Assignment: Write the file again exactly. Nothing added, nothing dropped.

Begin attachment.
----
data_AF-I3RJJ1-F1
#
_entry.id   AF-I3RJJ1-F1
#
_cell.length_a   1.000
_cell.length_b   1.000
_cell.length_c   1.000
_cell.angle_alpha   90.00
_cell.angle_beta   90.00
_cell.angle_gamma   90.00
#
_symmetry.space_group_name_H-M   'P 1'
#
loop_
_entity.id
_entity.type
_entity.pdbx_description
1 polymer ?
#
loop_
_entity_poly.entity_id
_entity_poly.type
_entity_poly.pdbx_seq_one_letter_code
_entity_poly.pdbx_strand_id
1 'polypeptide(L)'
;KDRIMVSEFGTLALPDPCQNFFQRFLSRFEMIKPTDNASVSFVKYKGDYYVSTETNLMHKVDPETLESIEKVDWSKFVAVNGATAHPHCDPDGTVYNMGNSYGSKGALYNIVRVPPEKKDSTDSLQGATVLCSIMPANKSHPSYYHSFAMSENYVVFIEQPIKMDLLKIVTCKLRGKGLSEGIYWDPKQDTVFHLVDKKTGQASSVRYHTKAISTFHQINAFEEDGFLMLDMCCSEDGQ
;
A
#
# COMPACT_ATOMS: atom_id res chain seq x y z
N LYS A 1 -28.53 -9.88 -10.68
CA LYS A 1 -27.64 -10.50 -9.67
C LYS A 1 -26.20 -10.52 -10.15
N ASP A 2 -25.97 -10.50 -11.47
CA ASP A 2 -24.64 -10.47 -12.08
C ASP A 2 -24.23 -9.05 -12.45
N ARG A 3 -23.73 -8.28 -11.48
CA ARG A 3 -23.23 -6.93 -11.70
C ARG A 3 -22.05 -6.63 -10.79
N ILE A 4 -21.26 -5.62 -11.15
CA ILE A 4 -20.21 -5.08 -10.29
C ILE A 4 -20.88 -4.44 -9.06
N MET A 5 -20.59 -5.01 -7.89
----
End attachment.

data_AF-I3RJJ1-F1
#
_entry.id   AF-I3RJJ1-F1
#
_cell.length_a   1.000
_cell.length_b   1.000
_cell.length_c   1.000
_cell.angle_alpha   90.00
_cell.angle_beta   90.00
_cell.angle_gamma   90.00
#
_symmetry.space_group_name_H-M   'P 1'
#
loop_
_entity.id
_entity.type
_entity.pdbx_description
1 polymer ?
#
loop_
_entity_poly.entity_id
_entity_poly.type
_entity_poly.pdbx_seq_one_letter_code
_entity_poly.pdbx_strand_id
1 'polypeptide(L)'
;KDRIMVSEFGTLALPDPCQNFFQRFLSRFEMIKPTDNASVSFVKYKGDYYVSTETNLMHKVDPETLESIEKVDWSKFVAVNGATAHPHCDPDGTVYNMGNSYGSKGALYNIVRVPPEKKDSTDSLQGATVLCSIMPANKSHPSYYHSFAMSENYVVFIEQPIKMDLLKIVTCKLRGKGLSEGIYWDPKQDTVFHLVDKKTGQASSVRYHTKAISTFHQINAFEEDGFLMLDMCCSEDGQ
;
A
#
# COMPACT_ATOMS: atom_id res chain seq x y z
N LYS A 1 -28.53 -9.88 -10.68
CA LYS A 1 -27.64 -10.50 -9.67
C LYS A 1 -26.20 -10.52 -10.15
N ASP A 2 -25.97 -10.50 -11.47
CA ASP A 2 -24.64 -10.47 -12.08
C ASP A 2 -24.23 -9.05 -12.45
N ARG A 3 -23.73 -8.28 -11.48
CA ARG A 3 -23.23 -6.93 -11.70
C ARG A 3 -22.05 -6.63 -10.79
N ILE A 4 -21.26 -5.62 -11.15
CA ILE A 4 -20.21 -5.08 -10.29
C ILE A 4 -20.88 -4.44 -9.06
N MET A 5 -20.59 -5.01 -7.89